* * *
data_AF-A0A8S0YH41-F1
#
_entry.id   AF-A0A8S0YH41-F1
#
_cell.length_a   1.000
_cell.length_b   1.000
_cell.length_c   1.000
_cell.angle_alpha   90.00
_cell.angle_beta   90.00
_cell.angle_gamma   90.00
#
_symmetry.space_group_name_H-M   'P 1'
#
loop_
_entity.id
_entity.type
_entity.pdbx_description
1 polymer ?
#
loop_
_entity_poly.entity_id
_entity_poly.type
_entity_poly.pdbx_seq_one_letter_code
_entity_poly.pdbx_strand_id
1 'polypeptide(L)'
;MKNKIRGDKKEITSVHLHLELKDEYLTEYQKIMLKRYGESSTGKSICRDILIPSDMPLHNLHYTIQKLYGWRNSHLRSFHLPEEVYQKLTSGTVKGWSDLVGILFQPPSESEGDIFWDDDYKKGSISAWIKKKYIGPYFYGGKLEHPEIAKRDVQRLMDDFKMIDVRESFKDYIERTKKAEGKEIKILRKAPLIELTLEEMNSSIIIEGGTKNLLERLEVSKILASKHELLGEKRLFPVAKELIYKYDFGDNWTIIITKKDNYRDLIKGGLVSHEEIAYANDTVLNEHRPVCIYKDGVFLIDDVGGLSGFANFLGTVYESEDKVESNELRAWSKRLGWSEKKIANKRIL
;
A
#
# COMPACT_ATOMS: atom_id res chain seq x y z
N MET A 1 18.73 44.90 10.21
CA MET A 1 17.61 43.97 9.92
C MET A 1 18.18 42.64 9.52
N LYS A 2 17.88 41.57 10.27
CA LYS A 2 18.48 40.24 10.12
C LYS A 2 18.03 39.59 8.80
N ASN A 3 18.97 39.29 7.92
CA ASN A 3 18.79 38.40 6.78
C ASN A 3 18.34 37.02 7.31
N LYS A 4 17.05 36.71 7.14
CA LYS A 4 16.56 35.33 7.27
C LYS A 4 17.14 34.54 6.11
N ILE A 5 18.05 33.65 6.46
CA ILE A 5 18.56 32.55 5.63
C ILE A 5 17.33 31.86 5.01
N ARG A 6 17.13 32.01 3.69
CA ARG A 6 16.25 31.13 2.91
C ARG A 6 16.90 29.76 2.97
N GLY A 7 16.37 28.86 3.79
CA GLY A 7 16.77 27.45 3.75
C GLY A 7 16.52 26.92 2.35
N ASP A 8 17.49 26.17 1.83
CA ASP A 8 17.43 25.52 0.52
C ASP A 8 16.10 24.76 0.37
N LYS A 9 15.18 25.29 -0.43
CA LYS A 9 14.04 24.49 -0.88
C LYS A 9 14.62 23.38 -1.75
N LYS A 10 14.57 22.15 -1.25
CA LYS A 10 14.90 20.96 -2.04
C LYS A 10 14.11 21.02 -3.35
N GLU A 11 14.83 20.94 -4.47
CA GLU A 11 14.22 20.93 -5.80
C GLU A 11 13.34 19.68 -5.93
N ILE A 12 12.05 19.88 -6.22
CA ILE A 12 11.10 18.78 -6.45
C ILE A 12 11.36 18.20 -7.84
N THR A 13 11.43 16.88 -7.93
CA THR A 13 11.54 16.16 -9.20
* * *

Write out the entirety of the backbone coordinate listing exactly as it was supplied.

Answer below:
data_AF-A0A8S0YH41-F1
#
_entry.id   AF-A0A8S0YH41-F1
#
_cell.length_a   1.000
_cell.length_b   1.000
_cell.length_c   1.000
_cell.angle_alpha   90.00
_cell.angle_beta   90.00
_cell.angle_gamma   90.00
#
_symmetry.space_group_name_H-M   'P 1'
#
loop_
_entity.id
_entity.type
_entity.pdbx_description
1 polymer ?
#
loop_
_entity_poly.entity_id
_entity_poly.type
_entity_poly.pdbx_seq_one_letter_code
_entity_poly.pdbx_strand_id
1 'polypeptide(L)'
;MKNKIRGDKKEITSVHLHLELKDEYLTEYQKIMLKRYGESSTGKSICRDILIPSDMPLHNLHYTIQKLYGWRNSHLRSFHLPEEVYQKLTSGTVKGWSDLVGILFQPPSESEGDIFWDDDYKKGSISAWIKKKYIGPYFYGGKLEHPEIAKRDVQRLMDDFKMIDVRESFKDYIERTKKAEGKEIKILRKAPLIELTLEEMNSSIIIEGGTKNLLERLEVSKILASKHELLGEKRLFPVAKELIYKYDFGDNWTIIITKKDNYRDLIKGGLVSHEEIAYANDTVLNEHRPVCIYKDGVFLIDDVGGLSGFANFLGTVYESEDKVESNELRAWSKRLGWSEKKIANKRIL
;
A
#
# COMPACT_ATOMS: atom_id res chain seq x y z
N MET A 1 18.73 44.90 10.21
CA MET A 1 17.61 43.97 9.92
C MET A 1 18.18 42.64 9.52
N LYS A 2 17.88 41.57 10.27
CA LYS A 2 18.48 40.24 10.12
C LYS A 2 18.03 39.59 8.80
N ASN A 3 18.97 39.29 7.92
CA ASN A 3 18.79 38.40 6.78
C ASN A 3 18.34 37.02 7.31
N LYS A 4 17.05 36.71 7.14
CA LYS A 4 16.56 35.33 7.27
C LYS A 4 17.14 34.54 6.11
N ILE A 5 18.05 33.65 6.46
CA ILE A 5 18.56 32.55 5.63
C ILE A 5 17.33 31.86 5.01
N ARG A 6 17.13 32.01 3.69
CA ARG A 6 16.25 31.13 2.91
C ARG A 6 16.90 29.76 2.97
N GLY A 7 16.37 28.86 3.79
CA GLY A 7 16.77 27.45 3.75
C GLY A 7 16.52 26.92 2.35
N ASP A 8 17.49 26.17 1.83
CA ASP A 8 17.43 25.52 0.52
C ASP A 8 16.10 24.76 0.37
N LYS A 9 15.18 25.29 -0.43
CA LYS A 9 14.04 24.49 -0.88
C LYS A 9 14.62 23.38 -1.75
N LYS A 10 14.57 22.15 -1.25
CA LYS A 10 14.90 20.96 -2.04
C LYS A 10 14.11 21.02 -3.35
N GLU A 11 14.83 20.94 -4.47
CA GLU A 11 14.22 20.93 -5.80
C GLU A 11 13.34 19.68 -5.93
N ILE A 12 12.05 19.88 -6.22
CA ILE A 12 11.10 18.78 -6.45
C ILE A 12 11.36 18.20 -7.84
N THR A 13 11.43 16.88 -7.93
CA THR A 13 11.54 16.16 -9.20